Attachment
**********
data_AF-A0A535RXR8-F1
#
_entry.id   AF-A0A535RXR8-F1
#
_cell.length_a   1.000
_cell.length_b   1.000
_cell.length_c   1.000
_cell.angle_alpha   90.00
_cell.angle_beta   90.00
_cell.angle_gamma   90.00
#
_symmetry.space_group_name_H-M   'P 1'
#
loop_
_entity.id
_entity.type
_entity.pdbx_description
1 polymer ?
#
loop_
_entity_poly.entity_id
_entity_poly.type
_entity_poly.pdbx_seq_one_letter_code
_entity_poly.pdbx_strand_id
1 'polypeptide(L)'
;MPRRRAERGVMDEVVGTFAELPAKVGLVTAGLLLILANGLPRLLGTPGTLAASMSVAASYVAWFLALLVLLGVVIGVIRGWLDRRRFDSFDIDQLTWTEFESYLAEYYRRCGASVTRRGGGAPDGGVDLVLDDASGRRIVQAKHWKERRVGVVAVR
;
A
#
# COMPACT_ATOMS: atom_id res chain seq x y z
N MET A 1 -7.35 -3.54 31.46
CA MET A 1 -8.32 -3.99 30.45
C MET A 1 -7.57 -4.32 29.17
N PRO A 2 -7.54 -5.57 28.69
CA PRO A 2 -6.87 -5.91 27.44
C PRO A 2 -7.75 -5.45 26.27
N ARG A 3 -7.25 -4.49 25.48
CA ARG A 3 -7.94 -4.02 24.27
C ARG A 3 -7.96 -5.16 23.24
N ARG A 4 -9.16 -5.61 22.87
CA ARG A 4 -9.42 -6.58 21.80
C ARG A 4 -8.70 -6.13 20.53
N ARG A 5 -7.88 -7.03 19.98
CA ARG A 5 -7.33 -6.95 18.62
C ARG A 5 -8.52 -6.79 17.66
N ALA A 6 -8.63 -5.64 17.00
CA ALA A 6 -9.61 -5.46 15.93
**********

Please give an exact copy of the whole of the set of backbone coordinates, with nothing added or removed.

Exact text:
data_AF-A0A535RXR8-F1
#
_entry.id   AF-A0A535RXR8-F1
#
_cell.length_a   1.000
_cell.length_b   1.000
_cell.length_c   1.000
_cell.angle_alpha   90.00
_cell.angle_beta   90.00
_cell.angle_gamma   90.00
#
_symmetry.space_group_name_H-M   'P 1'
#
loop_
_entity.id
_entity.type
_entity.pdbx_description
1 polymer ?
#
loop_
_entity_poly.entity_id
_entity_poly.type
_entity_poly.pdbx_seq_one_letter_code
_entity_poly.pdbx_strand_id
1 'polypeptide(L)'
;MPRRRAERGVMDEVVGTFAELPAKVGLVTAGLLLILANGLPRLLGTPGTLAASMSVAASYVAWFLALLVLLGVVIGVIRGWLDRRRFDSFDIDQLTWTEFESYLAEYYRRCGASVTRRGGGAPDGGVDLVLDDASGRRIVQAKHWKERRVGVVAVR
;
A
#
# COMPACT_ATOMS: atom_id res chain seq x y z
N MET A 1 -7.35 -3.54 31.46
CA MET A 1 -8.32 -3.99 30.45
C MET A 1 -7.57 -4.32 29.17
N PRO A 2 -7.54 -5.57 28.69
CA PRO A 2 -6.87 -5.91 27.44
C PRO A 2 -7.75 -5.45 26.27
N ARG A 3 -7.25 -4.49 25.48
CA ARG A 3 -7.94 -4.02 24.27
C ARG A 3 -7.96 -5.16 23.24
N ARG A 4 -9.16 -5.61 22.87
CA ARG A 4 -9.42 -6.58 21.80
C ARG A 4 -8.70 -6.13 20.53
N ARG A 5 -7.88 -7.03 19.98
CA ARG A 5 -7.33 -6.95 18.62
C ARG A 5 -8.52 -6.79 17.66
N ALA A 6 -8.63 -5.64 17.00
CA ALA A 6 -9.61 -5.46 15.93